Why Pyramids, Daruma & Eskimos matter
This post is the second of a series of three posts in which we will overview the basic definitions, yet sometimes not so well applied, of Portfolio, Program & Project management.
We focus here on the middle layer:
A program is composed of linked activities, including projects. Expected outcomes should be clear but outputs of single activities or projects may not be.
Size & reporting aside, organizational change programs are not that different from individual ones.
Program management is a tool to serve the strategy. Its key principles are:
. Paint one eye of Daruma(*) : Be the one-eyed king in the land of the blind & visualize the goals: for everyone affected, identify gains but don’t forget losses.
. Don’t go there alone: Enlist the stakeholders by building bulletproof case: Avoid the perception gap as they must know what is underway. Address cold-feet attitudes or even opposition with a strong business case.
. Get set: Planning & execution are both sides of the same management coin. A program will not work properly without either of them.
. Be ingenious: The road ahead is littered with risks; so be ready to dodge them.
. Run fast: Despite their undeniable usefulness, control & assurance may limit efficiency if not themselves controlled: They may hinder like the leg braces young Forrest used to have in the 1994 blockbuster. Thus, “sick” programs die, “cured” by forced overdoses of “not-so-critical” matters (rigid reporting, over-engineering …) that block delivering “must-have” ones.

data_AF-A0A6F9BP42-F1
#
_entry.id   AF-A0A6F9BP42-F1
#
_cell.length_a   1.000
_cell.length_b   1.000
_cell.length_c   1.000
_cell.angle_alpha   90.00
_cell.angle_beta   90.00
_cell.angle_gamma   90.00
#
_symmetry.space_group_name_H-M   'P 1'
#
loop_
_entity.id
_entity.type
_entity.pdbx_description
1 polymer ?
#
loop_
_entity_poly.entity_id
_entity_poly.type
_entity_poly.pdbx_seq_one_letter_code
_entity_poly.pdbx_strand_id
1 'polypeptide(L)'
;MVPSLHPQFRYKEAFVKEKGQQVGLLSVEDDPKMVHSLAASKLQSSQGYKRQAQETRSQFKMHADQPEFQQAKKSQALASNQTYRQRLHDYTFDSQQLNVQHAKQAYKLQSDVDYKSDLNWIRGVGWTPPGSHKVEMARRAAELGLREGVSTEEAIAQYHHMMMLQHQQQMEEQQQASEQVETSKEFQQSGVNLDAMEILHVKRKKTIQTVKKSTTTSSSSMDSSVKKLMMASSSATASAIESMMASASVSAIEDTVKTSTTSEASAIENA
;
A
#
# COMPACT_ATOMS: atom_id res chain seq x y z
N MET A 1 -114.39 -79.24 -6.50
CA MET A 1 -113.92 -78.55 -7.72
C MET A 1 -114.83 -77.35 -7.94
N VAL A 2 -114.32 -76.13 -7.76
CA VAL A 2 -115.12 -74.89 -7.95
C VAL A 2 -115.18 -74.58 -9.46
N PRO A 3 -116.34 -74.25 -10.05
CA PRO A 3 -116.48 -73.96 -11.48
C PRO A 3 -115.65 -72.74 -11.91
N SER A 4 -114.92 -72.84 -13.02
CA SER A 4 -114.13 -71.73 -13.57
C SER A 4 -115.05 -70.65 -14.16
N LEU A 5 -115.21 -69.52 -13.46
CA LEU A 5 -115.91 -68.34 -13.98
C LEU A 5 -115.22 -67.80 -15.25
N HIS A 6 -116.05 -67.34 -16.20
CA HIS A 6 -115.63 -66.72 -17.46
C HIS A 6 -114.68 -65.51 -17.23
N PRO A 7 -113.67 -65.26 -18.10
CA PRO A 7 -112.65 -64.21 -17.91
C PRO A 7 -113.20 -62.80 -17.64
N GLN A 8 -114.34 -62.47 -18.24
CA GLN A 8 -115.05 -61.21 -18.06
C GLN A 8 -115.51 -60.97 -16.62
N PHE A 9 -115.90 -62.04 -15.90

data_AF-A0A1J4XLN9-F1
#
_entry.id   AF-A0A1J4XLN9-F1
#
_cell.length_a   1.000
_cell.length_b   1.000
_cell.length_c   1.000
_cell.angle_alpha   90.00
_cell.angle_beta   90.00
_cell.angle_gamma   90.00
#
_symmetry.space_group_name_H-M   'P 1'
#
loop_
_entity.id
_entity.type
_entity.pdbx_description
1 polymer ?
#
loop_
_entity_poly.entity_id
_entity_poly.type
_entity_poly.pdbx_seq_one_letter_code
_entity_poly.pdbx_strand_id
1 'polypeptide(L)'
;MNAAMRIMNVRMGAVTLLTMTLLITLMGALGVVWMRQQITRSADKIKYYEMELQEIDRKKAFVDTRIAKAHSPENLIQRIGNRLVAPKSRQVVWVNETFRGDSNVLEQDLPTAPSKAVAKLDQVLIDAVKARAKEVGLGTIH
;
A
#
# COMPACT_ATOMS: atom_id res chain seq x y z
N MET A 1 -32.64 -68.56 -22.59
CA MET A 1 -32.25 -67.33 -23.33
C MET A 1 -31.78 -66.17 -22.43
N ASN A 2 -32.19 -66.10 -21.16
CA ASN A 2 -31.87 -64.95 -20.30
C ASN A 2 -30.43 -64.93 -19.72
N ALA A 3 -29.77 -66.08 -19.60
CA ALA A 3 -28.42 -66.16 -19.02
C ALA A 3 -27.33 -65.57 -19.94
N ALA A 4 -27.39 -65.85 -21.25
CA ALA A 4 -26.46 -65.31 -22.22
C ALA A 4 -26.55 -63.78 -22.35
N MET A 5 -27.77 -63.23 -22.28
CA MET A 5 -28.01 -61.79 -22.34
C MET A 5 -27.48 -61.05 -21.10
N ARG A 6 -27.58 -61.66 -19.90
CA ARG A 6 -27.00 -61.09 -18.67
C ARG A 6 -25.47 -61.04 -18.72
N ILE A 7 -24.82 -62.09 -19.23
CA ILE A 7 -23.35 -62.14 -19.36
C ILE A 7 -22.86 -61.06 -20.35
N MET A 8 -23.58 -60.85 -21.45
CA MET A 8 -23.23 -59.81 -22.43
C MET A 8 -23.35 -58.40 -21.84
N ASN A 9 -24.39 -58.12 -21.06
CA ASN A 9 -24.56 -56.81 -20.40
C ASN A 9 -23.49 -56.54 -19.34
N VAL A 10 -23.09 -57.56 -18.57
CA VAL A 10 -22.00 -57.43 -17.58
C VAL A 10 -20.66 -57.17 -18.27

(*): The doll representing Daruma (or Dharma) is a Japanese wishing doll. When bought, both eyes are blank. The first eye is painted by its owner when making a wish; the second is painted when the goal is attained.
Programs allow a flexible approach to strategy; articulating it through projects. The key to success lies in understanding its 2 opposite approaches:
. Top-down: A program is like a cam belt, linking the portfolio & strategy to projects & operations. A cam belt is an important motor piece. It synchronizes its different parts, like valves & pistons, to avoid overheating the motor.
. Bottom-up: A program acts like a funnel, selecting key information to be brought to top management.
Programs are difficult activities to manage. Indeed, programs are at the confluence of two streams: Strategy is mainly outward-driven while operations are mainly inward-driven. They both merge at program level and, like in the “tug-of-war” game. It takes organizational constraints & conflicts to their maximum.
A decade for a program can be quite common in some industries. Due to this length, people wrongly tie program décisions to the operational organization needs (resources, geography …), taking means for an end.
So, chop change; size it to a human scale; find early wins to get converts & quiet opposition; build sub-goals to demonstrate progress; & link the timescale to business reporting.
A final word:
The secret of a successful program management is to keep your hands on benefits, communication, performance & risks. Failing to do so will unsettle the organization and your program will soon look like Dr. NicePlan & Mr. NastyExecution.
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